He said if economic policies are put in place correctly, such that the regulators will not compromise their privileged positions and institute divisions among stakeholders, the revenue of the sector will improve.

“Until we bring ourselves together as one and fashion our values and future, the GDP of the maritime sector will be hidden under the bushel of gross illusion,” he said.

Former Director-General of Nigerian Maritime Administration and Safety Agency, (NIMASA), Temisan Omatseye, lamented that critical sub-sectors of the maritime sector have been ignored by the government, despite its huge revenue generation capacity.

He frowned on shipping not being part of the drivers of the recent GDP growth, noting that the problem has always been the failure of the government to see the impact of the sector in the Nigerian economy.

He said Nigeria is recording capital flight as foreigners control all the international going cargoes, vessels and barge operations, as well as Cabotage.

Omatseye noted that the government needs to carry out a business analysis on the impact of shipping clusters on the Nigerian economy, adding that once they begin to do that, they will see the kind of earning power and the trickle-down effect that shipping, maritime and logistics support would have on the economy.

Also speaking, the Founding President of the Nigerian Shipowners Association (NISA), Isaac Jolapamo lamented that Nigeria is not tapping into the potential of the maritime sector, noting that the government cannot grow the GDP from maritime without developing the nation’s shipping capacity and capability.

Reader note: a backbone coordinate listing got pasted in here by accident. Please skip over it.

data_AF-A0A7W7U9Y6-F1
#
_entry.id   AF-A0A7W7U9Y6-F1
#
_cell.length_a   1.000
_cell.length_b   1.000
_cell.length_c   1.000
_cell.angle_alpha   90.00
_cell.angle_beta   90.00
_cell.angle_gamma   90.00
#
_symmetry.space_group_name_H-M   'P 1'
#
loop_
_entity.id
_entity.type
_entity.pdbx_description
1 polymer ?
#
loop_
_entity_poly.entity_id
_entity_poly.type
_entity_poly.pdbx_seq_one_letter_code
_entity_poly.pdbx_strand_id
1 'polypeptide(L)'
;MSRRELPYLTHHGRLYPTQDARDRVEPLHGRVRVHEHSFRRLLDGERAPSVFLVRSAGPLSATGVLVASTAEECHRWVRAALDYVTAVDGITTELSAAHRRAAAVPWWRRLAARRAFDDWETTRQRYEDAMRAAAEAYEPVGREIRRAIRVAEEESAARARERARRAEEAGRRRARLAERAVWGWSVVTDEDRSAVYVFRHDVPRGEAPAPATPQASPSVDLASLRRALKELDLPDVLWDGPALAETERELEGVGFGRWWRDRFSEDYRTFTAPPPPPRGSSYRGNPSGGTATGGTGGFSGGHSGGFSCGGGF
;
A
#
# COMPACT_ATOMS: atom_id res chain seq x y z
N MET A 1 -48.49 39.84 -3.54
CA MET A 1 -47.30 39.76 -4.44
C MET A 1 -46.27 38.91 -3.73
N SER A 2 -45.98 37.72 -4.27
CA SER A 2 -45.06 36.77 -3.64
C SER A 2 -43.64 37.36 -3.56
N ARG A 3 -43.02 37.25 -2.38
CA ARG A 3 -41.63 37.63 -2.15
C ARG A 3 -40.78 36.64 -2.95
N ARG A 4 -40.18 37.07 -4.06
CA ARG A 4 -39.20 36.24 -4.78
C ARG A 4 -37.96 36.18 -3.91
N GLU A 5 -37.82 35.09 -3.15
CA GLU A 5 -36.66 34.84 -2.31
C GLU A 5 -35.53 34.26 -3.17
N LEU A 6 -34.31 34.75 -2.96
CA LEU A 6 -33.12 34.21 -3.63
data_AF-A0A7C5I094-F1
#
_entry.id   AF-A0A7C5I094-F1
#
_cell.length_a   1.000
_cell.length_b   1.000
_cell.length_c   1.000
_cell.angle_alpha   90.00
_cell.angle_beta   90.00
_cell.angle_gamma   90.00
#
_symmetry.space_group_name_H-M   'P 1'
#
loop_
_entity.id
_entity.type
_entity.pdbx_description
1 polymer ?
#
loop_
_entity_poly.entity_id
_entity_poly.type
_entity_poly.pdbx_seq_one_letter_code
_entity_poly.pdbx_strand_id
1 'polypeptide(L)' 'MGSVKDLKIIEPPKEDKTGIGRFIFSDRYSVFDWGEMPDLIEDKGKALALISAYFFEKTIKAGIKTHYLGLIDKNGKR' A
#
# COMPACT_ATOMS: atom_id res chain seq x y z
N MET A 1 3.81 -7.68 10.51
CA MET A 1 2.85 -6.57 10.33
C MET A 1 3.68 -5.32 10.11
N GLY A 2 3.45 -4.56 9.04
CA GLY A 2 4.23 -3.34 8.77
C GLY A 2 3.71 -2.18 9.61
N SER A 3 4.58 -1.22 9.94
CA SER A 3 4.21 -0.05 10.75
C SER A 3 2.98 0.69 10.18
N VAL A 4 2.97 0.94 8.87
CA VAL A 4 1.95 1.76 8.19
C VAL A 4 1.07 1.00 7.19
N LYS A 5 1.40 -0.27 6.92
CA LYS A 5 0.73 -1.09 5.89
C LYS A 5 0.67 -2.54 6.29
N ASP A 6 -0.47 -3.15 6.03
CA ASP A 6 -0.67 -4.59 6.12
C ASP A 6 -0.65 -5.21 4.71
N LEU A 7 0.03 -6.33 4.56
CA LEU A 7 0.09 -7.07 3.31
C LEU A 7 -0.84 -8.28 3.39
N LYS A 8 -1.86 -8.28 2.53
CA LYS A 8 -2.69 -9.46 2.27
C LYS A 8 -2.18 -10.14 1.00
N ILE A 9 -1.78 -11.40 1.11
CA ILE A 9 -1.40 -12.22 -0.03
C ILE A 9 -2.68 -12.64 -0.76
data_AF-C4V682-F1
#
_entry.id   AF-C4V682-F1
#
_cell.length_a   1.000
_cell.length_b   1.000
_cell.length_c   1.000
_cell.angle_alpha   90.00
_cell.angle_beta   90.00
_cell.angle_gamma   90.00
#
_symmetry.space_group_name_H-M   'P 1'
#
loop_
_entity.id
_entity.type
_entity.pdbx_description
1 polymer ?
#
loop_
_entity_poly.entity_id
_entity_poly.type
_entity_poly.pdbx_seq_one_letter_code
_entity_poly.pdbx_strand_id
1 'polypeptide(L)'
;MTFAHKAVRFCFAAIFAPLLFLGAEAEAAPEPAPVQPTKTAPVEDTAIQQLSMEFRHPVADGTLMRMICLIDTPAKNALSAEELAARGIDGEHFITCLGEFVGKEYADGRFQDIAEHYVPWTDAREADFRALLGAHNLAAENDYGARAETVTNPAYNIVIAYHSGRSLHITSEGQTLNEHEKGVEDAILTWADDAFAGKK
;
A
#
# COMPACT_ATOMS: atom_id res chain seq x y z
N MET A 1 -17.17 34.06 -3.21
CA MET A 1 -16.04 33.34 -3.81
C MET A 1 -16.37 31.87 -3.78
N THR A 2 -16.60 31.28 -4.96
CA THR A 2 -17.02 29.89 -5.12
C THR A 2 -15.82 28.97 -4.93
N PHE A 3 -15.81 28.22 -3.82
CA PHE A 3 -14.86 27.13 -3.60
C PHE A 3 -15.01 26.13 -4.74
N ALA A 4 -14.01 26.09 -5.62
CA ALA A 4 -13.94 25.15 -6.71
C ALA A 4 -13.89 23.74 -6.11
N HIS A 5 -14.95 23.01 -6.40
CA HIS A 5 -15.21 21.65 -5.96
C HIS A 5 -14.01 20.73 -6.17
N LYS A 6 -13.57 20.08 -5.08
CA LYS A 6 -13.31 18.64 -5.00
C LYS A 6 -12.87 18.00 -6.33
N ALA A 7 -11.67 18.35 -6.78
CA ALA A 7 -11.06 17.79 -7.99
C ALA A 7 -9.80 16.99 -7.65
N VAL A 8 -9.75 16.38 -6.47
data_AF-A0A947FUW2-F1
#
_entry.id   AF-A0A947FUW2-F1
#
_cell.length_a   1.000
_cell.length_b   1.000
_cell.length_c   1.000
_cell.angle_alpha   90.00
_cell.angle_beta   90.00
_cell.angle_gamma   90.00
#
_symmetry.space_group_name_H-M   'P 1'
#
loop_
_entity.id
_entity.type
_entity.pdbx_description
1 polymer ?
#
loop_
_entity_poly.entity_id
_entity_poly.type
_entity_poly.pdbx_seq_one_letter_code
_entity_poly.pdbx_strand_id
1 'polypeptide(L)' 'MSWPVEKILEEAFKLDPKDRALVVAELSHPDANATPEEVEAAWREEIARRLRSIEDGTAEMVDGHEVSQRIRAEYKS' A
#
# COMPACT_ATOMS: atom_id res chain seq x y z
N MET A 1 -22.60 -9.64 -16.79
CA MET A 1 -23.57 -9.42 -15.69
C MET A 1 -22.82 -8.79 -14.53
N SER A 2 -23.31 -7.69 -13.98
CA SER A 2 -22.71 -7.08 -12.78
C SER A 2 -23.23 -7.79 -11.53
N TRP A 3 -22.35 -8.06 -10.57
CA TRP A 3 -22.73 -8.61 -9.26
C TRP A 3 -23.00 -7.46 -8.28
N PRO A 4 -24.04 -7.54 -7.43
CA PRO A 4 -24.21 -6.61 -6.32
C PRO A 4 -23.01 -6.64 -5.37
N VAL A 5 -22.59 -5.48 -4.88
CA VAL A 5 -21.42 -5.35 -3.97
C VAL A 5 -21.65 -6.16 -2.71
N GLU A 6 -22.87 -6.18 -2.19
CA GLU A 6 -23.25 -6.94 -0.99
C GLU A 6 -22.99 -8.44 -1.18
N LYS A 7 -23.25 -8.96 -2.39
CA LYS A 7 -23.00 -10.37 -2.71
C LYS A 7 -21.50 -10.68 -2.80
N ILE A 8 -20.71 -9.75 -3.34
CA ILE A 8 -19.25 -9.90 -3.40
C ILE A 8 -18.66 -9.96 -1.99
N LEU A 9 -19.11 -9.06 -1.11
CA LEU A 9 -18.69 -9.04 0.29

He said Nigeria has restricted herself to becoming a dumping ground, adding that the money lost to freight to foreign ship owners would have been used to grow the nation’s GDP if it only had and ran its own vessels locally and internationally.

He said foreign ship owners repatriate the profit accrued from the shipping business in Nigeria to their various countries, thereby making it difficult for Nigeria to retain the money in the economy.

The National President, Africa Association of Professional Freight Forwarders and Logistics in Nigeria (APFFLON), Frank Ogunojemite, said poor infrastructure, obsolete equipment and lack of a single-window are the impediments in the ports affecting the maritime sector’s revenue contribution to economic growth.

Ogunojemite also questioned the statistics released by institutions in the country, as he called for critical examination of the NBS and other international and government agencies data, noting that some of them have painted the image of Nigeria dark globally.

Chairman, Nigerian Ports Consultative Council (NPCC), Kunle Folarin, queried the merging of the maritime sector with the transport sector, noting that the maritime sector should stand on its own as its contribution to the economy is huge.

He said the contribution of the maritime sector has not been felt because of the prevailing challenges of the various sub-sectors that have defied solutions.